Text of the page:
The capitalization rate is equivalent to the interest rate for bonds or the E/P ratio for stocks: more desirable properties will have lower cap rates than less desirable properties, for the same reason that Treasuries have lower interest rates than junk bonds or high-growth companies have lower earnings-to-price ratios than companies that are not growing. The cap rate takes into account the growth potential of either the property or its income. In other words, investors will be willing to pay a higher price for a property in a desirable neighborhood than for a property earning the same amount of income in a ghetto.

Example: Determining the Best Value for your Investment by Calculating the Capitalization Rate

You are considering buying 4 condos for rental income for $200,000 total. You can rent the condos for $500 per month each to long-time tenants, and your total operating costs for each condo is $200 per month. To calculate the net annual operating income, figure the net income per month, then multiply by 12:

As you can see, the capitalization rate is your rate of return on your investment and can be used to compare rental properties to other investments. However, also keep in mind that the resale value of the condos will increase at least at the inflation rate, whereas most other investments, such as those for bonds will not. Furthermore, as property prices increase, then you can raise rents, allowing you to earn a return on an increasing principal, thus giving you the same benefit as Treasury Inflation-Protected Securities (TIPS). Hence, with investment properties, you not only have a hedge against inflation, but you will also earn increasing amounts of money in the years to come. The only drawback to properties over securities and other investments is that the properties have to be managed, and you must deal with tenants.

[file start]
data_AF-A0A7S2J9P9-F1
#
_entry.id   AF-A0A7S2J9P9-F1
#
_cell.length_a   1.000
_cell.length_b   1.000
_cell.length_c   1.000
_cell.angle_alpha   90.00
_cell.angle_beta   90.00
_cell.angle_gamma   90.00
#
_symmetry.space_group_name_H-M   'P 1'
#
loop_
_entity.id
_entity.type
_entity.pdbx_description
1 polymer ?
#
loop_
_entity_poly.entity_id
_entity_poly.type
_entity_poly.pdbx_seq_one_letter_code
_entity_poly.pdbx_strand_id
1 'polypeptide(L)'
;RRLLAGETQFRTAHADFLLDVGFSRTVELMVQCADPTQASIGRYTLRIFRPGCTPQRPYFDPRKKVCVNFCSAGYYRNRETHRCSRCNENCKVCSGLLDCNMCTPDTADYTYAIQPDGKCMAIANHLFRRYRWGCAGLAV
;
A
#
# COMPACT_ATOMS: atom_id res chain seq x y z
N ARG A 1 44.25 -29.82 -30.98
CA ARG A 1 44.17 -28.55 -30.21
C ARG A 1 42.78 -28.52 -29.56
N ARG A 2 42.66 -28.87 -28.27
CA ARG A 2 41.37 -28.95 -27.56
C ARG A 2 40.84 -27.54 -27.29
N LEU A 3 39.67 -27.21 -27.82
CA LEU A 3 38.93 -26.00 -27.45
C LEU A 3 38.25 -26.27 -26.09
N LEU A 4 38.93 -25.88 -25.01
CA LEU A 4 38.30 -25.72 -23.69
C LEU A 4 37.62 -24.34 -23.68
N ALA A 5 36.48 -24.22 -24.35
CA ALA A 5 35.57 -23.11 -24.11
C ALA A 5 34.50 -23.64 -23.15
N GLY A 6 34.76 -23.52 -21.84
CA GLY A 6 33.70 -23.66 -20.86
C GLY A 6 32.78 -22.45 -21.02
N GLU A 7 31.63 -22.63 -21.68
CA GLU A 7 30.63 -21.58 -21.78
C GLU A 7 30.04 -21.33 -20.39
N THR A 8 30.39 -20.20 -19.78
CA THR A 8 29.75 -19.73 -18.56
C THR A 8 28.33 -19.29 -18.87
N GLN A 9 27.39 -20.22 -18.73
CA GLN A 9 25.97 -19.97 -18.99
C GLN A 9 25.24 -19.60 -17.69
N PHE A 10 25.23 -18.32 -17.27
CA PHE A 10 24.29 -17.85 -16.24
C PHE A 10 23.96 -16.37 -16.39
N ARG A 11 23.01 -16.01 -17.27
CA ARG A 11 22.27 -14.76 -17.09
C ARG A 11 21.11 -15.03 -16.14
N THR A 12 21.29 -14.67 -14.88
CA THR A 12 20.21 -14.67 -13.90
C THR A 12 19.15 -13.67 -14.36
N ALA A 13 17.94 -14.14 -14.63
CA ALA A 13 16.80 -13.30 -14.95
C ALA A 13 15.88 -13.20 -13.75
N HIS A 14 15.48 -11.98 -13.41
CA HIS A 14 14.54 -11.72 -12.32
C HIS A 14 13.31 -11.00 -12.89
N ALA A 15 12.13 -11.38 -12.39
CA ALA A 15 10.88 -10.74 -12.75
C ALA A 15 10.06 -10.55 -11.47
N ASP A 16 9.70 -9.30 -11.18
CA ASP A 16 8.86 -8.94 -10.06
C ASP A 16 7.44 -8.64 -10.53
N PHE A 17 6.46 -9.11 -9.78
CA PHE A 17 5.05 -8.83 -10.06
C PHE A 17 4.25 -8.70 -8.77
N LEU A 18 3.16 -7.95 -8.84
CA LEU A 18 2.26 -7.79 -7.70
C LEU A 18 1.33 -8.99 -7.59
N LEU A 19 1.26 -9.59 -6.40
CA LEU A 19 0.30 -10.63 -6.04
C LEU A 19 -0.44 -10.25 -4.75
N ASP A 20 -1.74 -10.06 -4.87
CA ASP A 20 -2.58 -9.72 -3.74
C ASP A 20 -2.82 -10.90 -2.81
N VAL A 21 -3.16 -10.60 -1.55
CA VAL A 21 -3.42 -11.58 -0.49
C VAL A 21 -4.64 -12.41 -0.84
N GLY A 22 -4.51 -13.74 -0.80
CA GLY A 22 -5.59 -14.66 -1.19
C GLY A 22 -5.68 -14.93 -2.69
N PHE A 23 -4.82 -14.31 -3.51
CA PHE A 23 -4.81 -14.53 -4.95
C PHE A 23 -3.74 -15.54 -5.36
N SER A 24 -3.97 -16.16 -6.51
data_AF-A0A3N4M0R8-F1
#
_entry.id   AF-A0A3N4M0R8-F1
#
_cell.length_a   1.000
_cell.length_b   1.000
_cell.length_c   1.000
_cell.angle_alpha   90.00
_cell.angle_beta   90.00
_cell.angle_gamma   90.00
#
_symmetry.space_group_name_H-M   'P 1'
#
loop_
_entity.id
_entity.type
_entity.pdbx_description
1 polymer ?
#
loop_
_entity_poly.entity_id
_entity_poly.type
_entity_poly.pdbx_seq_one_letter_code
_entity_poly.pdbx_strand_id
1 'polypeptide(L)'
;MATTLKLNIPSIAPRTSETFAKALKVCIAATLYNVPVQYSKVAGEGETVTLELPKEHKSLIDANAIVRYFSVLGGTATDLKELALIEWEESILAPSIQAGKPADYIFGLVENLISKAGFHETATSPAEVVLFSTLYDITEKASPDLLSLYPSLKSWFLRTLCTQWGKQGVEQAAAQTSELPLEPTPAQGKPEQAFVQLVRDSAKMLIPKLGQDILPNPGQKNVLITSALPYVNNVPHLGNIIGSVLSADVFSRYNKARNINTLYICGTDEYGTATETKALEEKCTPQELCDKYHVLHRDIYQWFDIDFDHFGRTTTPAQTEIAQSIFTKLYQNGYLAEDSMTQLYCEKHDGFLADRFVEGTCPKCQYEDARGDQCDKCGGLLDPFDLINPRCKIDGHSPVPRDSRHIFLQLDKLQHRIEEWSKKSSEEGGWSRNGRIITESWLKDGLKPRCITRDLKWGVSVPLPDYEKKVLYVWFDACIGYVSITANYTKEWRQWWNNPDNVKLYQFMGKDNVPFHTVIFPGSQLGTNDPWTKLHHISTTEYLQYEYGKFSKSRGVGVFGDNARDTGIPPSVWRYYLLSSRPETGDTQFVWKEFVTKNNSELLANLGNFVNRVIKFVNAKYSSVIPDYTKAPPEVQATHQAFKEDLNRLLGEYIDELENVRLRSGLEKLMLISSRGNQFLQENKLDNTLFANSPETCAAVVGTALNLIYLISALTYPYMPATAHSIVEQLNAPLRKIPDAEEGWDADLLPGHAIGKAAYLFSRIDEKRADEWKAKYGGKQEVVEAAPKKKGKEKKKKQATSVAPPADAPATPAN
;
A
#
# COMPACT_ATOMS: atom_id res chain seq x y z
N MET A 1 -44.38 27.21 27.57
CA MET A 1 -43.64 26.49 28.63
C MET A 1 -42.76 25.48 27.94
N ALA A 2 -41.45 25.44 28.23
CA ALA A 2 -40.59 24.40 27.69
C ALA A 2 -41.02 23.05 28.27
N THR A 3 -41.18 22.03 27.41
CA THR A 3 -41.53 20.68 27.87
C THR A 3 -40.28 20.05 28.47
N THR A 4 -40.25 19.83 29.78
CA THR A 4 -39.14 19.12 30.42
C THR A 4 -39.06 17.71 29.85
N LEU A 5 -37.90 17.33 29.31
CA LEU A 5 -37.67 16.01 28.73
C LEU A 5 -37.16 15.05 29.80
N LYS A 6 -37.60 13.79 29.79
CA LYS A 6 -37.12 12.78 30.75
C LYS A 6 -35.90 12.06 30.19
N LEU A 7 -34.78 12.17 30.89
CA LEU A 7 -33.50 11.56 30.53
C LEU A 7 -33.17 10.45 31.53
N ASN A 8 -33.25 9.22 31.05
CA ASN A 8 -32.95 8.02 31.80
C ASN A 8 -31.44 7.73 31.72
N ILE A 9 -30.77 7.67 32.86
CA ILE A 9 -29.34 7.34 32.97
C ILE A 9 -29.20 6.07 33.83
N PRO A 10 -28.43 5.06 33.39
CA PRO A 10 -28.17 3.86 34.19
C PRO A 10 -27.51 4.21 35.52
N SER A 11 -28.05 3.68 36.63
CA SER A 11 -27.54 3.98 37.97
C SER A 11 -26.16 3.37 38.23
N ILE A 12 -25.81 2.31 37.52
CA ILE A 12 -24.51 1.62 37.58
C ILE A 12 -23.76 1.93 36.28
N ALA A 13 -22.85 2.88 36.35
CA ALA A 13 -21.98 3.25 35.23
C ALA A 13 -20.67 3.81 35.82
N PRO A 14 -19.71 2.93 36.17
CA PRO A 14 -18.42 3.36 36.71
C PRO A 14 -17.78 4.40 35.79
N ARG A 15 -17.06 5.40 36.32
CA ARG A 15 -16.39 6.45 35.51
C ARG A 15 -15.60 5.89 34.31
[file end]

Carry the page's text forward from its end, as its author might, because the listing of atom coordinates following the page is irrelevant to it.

Gross Rent and Gross Income Multipliers

Another method of valuing properties is by the application of the gross rent or income multiplier, which is simpler than the income approach described above.

The gross rent multiplier (GRM) is used to value residential properties with 1 to 4 units and equals the sales price divided by the monthly rent:

GRM = Sales Price / Monthly Rent

The appraiser does not, however, use the current rent being charged, since it may not be the market rent, but uses recent rental information from at least 4 comparable properties to arrive at a more accurate appraisal.

GRM Examples for Residential Properties
Property Sales Price ÷ Monthly Rent = GRM
Condominium at 123 Main Street $40,000 ÷ $500 = 80
Single-Family Home at 908 Hilltop Street $135,000 ÷ $1,200 = 112.5

The annual gross income of a commercial property, including residential properties with 5 or more units, equals its annual income from rents, concessions, parking, vending machines, and other sources. Annual gross income is used to valuate commercial property, so it is natural to use the gross income multiplier (GIM), calculated like the GRM, but using annual gross income instead of monthly rents.

GIM = Sales Price / Annual Gross Income

GIM Examples for Commercial Properties
Commercial Property Sales Price ÷ Annual Gross Income = GIM
ABC Commercial Unity $300,000 ÷ $40,000 = 7.5
DEF Woodridge Complex $400,000 ÷ $55,000 = 7.3

Once the multiplier is found, then the value of the subject property can be estimated:

Market Value of Residential Property = GRM × Monthly Income

Market Value of Commercial Property = GIM × Gross Income

Example: Determining Increase in Market Value by Gross Rent Multiplier

If you paid $120,000 for a house with 4 apartments that are rented for $500 per month each, then:

If, after a few years, you raise the rent to $600 and still keep your tenants, then your property is worth:


Reconciliation is the analysis of the 3 approaches to determine the final value to assign to the property. Because the different approaches are best for specific types of property, the best approach for the subject property type is given the greatest weighting, with some value adjustments from the other approaches if the appraiser deems that it is warranted.